Kaiser dominates; Jones grabs Indy Lights points lead at Monterey

Photo: Indianapolis Motor Speedway, LLC Photography

MONTEREY, Calif. – Kyle Kaiser dominated the first of two Mazda Indy Lights Grand Prix of Monterey Presented by Cooper Tires en route to his second win of the Indy Lights Presented by Cooper Tires season, and second on the West Coast.

The Californian broke through for the first time at the 1-mile Phoenix International Raceway oval back in April, and today added a road course win at his home track of Mazda Raceway Laguna Seca in Monterey, not far from his hometown of Santa Clara, Calif. It’s also Juncos Racing’s third straight win in Monterey, Spencer Pigot having won both races here last year

Kaiser led 29 of 30 laps – he was not listed for leading the waved off initial start – and beat new points leader Ed Jones to the flag by a final margin of victory of 7.9169 seconds.

Behind him in second, meanwhile, Jones took the first step of the weekend en route to potentially securing the Indy Lights title and the $1 million Mazda advancement scholarship that comes with it, and a three-race guaranteed program in the Verizon IndyCar Series.

Santiago Urrutia led Jones by only one point going into Saturday’s first of two races this weekend, 319-318.

But following today’s result when Jones finished second and Urrutia fifth, Jones now holds a seven-point edge – 343 to 336 – heading into tomorrow’s season finale. The four other drivers eligible for the championship – Kaiser, Dean Stoneman, Felix Serralles and Zach Veach – were all mathematically eliminated from contention today.

Kaiser took the lead into the opening turns in his No. 18 Juncos Racing Dallara IL-15 Mazda following an initially waved off start, and the got better as the race went on.

Jones, meanwhile, started second in his No. 11 Carlin car and defended against the advances of Zach Veach, who got a solid start up to third in the No. 5 Belardi Auto Racing entry.

Another driver who made a strong start was Sean Rayhall, in his first start of the year upon returning to Indy Lights, moving from sixth to fourth in the No. 2 car for Team Pelfrey.

The young American drove a calculated race ahead of Urrutia, the points leader in the No. 55 Schmidt Peterson Motorsports with Curb-Agajanian car going into the race.

Urrutia ran about a second or so behind Rayhall but never was able to catch him up. Instead, the Uruguayan was squeezed in-between the teammates from the team he won his championship in Pro Mazda last year, Team Pelfrey, with Rayhall in fourth and Garett Grist poised for an Indy Lights-best sixth.

But Grist’s would-be best finish went south in the final two laps as his engine sounded horribly off song – perhaps down a cylinder – and he fell back to an unrepresentative 11th place.

Neil Alberico then swept up to sixth ahead of Dalton Kellett, Serralles, Andre Negrao and Shelby Blackstock. Negrao lost two spots to Kellett and Serralles in the final couple laps.

Serralles and Stoneman had contact at one point with race officials reviewing that incident after the race. Stoneman was, however, assessed a drive-through penalty for contact with Zachary Claman De Melo, and that dropped him back as low as 14th before recovering one position past series debutante Davey Hamilton Jr.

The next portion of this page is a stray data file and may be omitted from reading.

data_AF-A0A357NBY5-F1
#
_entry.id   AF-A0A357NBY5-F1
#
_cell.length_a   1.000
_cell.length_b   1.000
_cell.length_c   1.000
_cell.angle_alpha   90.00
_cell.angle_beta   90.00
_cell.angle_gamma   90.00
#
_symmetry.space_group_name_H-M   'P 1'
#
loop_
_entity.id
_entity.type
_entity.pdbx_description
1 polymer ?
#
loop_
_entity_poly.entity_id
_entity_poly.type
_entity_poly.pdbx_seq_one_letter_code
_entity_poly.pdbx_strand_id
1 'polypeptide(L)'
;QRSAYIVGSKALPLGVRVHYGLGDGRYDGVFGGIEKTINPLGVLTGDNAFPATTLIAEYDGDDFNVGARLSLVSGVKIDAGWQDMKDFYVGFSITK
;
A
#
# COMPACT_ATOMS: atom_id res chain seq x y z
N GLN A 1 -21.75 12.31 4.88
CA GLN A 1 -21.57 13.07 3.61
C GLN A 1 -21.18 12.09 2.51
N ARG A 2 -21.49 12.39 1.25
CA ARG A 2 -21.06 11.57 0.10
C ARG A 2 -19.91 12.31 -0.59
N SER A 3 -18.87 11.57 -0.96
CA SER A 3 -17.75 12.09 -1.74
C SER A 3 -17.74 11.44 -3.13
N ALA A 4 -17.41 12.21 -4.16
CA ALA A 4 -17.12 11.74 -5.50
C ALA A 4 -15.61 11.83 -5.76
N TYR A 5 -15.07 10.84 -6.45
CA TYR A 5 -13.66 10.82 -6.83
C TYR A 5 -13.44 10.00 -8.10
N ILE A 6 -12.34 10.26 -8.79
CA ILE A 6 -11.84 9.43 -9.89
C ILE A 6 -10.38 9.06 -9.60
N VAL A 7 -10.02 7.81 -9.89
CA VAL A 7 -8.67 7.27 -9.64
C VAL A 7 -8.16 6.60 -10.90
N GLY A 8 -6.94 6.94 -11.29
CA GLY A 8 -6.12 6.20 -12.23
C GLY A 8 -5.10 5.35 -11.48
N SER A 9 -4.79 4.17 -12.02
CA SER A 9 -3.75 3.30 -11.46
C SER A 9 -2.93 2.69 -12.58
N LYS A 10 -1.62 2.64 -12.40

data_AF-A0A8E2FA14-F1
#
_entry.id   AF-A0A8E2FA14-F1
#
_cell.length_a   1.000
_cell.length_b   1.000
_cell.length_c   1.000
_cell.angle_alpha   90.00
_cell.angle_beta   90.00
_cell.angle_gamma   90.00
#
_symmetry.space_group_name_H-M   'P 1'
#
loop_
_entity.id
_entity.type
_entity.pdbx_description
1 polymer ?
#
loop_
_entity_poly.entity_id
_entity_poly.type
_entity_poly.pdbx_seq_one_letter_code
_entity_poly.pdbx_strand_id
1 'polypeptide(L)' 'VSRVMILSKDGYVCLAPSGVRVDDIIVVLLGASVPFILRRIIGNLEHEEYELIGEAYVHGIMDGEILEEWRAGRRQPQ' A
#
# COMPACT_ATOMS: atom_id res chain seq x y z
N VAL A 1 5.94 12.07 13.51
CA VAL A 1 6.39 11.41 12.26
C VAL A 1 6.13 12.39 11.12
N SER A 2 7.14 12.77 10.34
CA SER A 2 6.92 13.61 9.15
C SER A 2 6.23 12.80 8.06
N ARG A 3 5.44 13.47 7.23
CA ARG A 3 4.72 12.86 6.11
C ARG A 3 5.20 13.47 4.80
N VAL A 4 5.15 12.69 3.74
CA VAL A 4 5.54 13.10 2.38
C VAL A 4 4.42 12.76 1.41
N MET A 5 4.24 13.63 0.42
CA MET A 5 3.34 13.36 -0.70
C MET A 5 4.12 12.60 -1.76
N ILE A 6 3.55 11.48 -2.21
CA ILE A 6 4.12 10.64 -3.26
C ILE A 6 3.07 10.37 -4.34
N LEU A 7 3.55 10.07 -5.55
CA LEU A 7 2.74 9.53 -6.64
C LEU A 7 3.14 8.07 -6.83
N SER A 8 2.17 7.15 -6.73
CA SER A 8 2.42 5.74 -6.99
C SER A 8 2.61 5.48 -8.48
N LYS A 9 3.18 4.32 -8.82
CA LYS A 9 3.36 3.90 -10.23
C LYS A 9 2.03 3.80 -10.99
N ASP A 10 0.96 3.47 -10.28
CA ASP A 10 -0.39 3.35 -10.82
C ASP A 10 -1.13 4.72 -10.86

Heamin Choi spun on the opening green flag lap at Turn 2 but resumed after a near full lap delay; the race stayed green.

Tomorrow’s second race to decide the championship goes green just after 1 p.m. PDT.

Indy Lights coverage from Mazda Raceway Laguna Seca airs Sept. 23 on NBCSN, with coverage starting at 1:30 pm EDT.

SuperMotocross set to introduce Leader Lights beginning with the World Championship finals


In a continuing effort to help fans keep track of the on track action, SuperMotocross is in the process of developing and implementing leader lights for the unified series.

Currently Supercross (SMX) utilizes stanchions in the infield that are triggered manually by a race official. At least two stanchions are used in each race as a way to draw the eye to the leader, which is especially useful in the tight confines of the stadium series when lapping often begins before the halfway mark in the 22-bike field. This system has been in place for the past two decades.

Later this year, a fully automated system will move to the bike itself to replace the old system. At that point, fans will be able to identify the leader regardless of where he is on track.

The leader lights were tested in the second Anaheim round this year. An example can be seen at the 1:45 mark in the video above on the No. 69 bike.

“What we don’t want to do is move too fast, where it’s confusing to people,” said Mike Muye, senior director of operations for Supercross and SMX in a press release. “We’ve really just focused on the leader at this point with the thought that maybe down the road we’ll introduce others.”

Scheduled to debut with the first SuperMotocross World Championship race at zMax Dragway, located just outside the Charlotte Motor Speedway, a 3D carbon fiber-printed LED light will be affixed to each motorcycle. Ten timing loops positioned around the track will trigger the lights of the leader, which will turn green.

SMX’s partner LiveTime Scoring helped develop and implement the system that has been tested in some form or fashion since 2019.

When the leader lights are successfully deployed, SuperMotocross will explore expanding the system to identify the second- and third-place riders. Depending on need and fan acceptance, more positions could be added.

SuperMotocross is exploring future enhancements, including allowing for live fan interaction with the lights and ways to use the lighting system during the race’s opening ceremony.